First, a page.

Spaniards sought cover in parks, went to the beach, or drank cold beverages as the nation experienced its second heatwave of the year, with temperatures reaching 43 degrees Celsius (110 degrees Fahrenheit).
Warm summer sunlight paired with a hot air flow from North Africa has caused temperatures to skyrocket, according to state meteorological analysts AEMET, and the heatwave might linger until July 14.
Forecasters said the highest recorded temperature on Sunday was 43 degrees Celsius (110 degrees Fahrenheit) around Seville in southern Spain and Badajoz in the country’s west.
Temperatures in Corboda and Extremadura, both in southern Spain, might reach 44 degrees Celsius, according to AEMET spokesperson Ruben del Campo.
During the warmth, there was also a heightened danger of woodland fires, according to Del Campo.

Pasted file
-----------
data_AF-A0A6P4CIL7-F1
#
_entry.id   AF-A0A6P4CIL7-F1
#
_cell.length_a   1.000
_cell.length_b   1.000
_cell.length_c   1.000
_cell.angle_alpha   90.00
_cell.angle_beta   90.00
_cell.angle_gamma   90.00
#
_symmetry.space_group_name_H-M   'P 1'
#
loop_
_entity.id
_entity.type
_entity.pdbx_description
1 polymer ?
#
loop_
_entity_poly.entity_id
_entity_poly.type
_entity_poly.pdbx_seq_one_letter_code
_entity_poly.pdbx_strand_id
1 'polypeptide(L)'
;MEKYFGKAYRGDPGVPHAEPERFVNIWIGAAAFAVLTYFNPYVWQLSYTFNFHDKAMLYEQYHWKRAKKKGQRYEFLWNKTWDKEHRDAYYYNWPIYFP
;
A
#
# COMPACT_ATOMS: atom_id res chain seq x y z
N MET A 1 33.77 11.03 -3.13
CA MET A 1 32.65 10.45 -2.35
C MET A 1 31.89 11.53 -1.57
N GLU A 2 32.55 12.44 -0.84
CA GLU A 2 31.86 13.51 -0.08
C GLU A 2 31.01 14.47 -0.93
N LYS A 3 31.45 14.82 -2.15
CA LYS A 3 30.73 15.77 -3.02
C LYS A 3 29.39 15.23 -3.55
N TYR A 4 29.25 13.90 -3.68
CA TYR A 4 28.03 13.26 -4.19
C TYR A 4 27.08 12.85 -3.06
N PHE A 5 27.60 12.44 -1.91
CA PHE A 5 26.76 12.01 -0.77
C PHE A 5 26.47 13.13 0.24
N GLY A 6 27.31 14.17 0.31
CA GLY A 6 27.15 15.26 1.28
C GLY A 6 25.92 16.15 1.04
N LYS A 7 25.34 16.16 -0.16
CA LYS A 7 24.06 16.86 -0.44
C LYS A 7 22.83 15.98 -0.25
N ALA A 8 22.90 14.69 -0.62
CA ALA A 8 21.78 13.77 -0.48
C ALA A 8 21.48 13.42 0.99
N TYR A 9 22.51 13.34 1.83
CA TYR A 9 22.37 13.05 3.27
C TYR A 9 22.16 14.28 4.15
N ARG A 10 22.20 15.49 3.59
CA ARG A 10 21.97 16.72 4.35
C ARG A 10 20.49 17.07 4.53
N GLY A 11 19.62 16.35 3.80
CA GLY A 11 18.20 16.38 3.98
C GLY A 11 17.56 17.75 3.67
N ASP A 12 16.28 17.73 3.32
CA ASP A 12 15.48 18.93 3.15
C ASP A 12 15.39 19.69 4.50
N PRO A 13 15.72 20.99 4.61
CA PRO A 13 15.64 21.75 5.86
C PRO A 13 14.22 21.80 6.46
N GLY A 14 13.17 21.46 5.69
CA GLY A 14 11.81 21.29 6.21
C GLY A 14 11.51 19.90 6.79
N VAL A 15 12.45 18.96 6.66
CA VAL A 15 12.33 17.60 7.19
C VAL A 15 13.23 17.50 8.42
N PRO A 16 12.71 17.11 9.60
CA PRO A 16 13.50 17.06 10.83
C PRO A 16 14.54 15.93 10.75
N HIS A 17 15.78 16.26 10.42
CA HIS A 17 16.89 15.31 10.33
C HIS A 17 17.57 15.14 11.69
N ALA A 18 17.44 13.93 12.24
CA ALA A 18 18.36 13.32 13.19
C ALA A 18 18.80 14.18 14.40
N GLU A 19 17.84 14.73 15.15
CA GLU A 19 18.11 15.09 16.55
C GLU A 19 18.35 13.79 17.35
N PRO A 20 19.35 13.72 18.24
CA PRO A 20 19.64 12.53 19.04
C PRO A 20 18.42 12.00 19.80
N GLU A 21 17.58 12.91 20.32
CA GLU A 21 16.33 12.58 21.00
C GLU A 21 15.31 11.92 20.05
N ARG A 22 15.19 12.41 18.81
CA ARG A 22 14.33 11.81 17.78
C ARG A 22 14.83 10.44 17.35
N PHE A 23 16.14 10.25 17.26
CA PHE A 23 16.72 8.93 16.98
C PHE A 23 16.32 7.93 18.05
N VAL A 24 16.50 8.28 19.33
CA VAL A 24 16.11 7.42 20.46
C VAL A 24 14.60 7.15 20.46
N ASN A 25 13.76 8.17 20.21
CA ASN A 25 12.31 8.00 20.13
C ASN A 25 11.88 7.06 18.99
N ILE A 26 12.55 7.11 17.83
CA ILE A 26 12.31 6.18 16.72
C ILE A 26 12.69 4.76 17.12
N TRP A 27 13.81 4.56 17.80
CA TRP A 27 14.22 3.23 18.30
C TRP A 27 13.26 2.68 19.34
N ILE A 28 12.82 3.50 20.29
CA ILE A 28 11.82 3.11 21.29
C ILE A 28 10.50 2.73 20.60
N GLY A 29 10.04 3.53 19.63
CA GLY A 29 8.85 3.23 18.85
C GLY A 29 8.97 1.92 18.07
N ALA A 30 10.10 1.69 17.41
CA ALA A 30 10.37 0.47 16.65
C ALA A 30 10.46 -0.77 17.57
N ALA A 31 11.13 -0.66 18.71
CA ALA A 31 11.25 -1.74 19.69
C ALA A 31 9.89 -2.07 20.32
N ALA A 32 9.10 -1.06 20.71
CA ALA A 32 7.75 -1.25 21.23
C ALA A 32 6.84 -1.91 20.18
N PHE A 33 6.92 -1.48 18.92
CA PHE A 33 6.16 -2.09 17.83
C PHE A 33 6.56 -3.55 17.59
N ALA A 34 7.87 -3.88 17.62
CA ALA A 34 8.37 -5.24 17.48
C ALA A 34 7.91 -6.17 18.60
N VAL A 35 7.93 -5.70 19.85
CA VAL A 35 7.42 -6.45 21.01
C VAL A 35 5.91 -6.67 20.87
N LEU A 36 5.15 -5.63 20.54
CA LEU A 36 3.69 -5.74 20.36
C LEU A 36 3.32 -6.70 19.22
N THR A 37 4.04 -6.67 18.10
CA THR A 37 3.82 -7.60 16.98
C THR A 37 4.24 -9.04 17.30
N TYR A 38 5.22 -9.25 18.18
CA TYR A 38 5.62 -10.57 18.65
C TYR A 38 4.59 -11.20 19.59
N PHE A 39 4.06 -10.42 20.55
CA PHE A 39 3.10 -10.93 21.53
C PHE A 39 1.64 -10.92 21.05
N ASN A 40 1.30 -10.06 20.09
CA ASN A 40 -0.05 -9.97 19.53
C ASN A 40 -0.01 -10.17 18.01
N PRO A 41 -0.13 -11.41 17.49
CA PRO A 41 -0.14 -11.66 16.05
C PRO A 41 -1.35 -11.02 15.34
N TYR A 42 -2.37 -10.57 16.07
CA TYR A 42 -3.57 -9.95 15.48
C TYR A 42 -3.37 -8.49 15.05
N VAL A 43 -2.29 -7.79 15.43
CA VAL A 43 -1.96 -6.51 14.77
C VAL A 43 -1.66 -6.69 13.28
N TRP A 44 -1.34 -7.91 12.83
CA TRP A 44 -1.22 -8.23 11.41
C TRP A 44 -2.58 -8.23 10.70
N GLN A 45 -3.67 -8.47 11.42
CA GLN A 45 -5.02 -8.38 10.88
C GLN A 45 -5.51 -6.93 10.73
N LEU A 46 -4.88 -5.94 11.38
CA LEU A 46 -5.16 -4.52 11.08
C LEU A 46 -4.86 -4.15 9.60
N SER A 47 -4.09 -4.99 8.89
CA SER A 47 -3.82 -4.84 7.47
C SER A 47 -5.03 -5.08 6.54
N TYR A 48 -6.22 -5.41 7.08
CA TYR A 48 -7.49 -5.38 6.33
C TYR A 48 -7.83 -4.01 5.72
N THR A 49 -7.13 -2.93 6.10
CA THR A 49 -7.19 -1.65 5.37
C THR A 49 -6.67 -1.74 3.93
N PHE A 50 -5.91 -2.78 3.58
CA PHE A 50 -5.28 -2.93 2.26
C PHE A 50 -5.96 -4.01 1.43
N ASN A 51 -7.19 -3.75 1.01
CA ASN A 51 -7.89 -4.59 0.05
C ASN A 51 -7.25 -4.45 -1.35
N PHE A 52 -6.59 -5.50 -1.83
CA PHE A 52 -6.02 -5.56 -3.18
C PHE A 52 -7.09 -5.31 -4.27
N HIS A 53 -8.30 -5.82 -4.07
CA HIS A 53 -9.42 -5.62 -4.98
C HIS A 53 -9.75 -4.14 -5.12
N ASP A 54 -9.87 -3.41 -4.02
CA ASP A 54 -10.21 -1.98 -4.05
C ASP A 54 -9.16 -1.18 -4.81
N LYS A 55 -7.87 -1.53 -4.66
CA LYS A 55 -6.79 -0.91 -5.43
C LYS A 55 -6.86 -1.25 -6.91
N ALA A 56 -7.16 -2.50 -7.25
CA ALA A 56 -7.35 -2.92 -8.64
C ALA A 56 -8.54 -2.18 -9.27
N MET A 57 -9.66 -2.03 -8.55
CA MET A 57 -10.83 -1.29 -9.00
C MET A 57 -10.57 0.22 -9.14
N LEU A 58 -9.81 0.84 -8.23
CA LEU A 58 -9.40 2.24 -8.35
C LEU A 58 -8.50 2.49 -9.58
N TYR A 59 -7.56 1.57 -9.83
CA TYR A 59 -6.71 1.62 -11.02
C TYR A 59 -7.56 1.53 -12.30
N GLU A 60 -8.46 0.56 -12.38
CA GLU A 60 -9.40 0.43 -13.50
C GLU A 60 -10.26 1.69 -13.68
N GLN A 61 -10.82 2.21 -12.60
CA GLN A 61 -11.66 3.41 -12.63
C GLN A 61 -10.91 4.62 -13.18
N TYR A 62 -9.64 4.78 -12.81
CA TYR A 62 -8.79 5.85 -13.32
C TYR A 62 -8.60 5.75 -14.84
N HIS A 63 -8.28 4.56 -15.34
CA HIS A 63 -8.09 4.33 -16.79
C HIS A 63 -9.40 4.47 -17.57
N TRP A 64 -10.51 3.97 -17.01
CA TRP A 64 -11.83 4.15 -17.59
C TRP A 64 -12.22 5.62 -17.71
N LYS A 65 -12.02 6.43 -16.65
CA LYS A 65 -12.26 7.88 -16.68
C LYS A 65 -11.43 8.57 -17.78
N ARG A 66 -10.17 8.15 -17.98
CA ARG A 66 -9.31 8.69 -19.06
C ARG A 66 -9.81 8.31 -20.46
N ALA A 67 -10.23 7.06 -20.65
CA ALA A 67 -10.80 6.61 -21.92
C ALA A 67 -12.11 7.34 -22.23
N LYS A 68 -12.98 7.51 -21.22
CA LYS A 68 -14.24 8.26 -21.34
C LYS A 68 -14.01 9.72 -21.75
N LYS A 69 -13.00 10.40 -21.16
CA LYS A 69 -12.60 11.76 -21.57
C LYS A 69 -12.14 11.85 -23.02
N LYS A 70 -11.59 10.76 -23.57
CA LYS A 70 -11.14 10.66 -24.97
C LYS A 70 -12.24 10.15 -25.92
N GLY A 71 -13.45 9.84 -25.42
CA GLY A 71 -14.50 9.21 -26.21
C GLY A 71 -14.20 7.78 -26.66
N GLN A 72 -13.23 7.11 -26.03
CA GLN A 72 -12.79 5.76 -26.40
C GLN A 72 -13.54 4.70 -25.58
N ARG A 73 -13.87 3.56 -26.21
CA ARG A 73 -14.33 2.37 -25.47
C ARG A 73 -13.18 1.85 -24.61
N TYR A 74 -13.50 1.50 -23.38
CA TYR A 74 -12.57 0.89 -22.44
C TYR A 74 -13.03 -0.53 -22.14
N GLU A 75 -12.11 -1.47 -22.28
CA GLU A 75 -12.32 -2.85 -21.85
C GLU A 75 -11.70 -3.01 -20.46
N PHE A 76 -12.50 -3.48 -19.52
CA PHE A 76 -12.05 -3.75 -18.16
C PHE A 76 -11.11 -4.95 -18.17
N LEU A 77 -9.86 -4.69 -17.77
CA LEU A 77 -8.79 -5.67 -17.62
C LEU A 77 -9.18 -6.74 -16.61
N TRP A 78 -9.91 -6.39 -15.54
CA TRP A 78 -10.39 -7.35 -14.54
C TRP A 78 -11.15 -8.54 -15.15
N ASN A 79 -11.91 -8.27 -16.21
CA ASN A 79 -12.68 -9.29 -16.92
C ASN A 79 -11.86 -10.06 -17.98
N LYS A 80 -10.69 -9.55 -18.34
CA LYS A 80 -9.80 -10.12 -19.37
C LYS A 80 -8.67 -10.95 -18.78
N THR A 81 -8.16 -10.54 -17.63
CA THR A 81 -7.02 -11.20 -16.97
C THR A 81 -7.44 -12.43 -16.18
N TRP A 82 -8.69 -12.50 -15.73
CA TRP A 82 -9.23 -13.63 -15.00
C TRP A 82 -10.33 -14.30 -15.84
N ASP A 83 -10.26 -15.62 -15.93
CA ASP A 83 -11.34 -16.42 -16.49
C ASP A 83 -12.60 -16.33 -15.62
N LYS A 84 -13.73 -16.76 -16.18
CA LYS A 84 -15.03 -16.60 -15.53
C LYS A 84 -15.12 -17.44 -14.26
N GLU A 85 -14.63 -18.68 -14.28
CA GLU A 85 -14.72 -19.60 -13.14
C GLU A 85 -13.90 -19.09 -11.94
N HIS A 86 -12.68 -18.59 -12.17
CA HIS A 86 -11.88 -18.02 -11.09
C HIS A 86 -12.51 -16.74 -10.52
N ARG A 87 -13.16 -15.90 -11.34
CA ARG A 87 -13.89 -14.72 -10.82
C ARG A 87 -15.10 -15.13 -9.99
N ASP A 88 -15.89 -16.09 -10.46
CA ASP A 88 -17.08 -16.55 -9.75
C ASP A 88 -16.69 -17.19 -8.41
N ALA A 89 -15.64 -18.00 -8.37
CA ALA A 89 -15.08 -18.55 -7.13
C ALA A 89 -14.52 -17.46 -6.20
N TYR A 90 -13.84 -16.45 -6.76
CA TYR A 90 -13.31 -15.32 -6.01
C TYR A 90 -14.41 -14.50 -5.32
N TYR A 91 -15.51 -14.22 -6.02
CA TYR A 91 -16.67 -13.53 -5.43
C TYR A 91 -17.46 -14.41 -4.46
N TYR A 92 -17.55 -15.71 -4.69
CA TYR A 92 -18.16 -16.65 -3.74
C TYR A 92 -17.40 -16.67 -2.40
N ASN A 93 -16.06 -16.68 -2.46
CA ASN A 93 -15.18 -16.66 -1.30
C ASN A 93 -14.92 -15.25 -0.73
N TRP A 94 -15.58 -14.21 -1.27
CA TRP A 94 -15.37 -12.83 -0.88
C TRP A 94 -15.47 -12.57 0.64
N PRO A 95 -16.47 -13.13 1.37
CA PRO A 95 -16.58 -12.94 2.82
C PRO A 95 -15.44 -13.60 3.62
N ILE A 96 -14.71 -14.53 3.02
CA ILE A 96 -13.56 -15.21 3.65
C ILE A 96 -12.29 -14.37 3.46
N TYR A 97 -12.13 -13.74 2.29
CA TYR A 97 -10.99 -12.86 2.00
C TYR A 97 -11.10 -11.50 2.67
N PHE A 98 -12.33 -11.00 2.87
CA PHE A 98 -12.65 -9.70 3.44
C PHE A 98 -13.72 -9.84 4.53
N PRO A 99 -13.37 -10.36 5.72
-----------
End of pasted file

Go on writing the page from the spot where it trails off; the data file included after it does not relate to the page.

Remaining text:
90 firemen were fighting a wildfire that erupted Saturday night in La Rioja, northern Spain, regional officials reported on Sunday.
A fire at El Ronquillo, near Seville, forced the evacuation of roughly 100 people, according to Andalusian regional officials.
According to AEMET, Spaniards experienced the earliest heatwave since 1981 in June, with temperatures exceeding 40 degrees Fahrenheit in portions of central and southern Spain.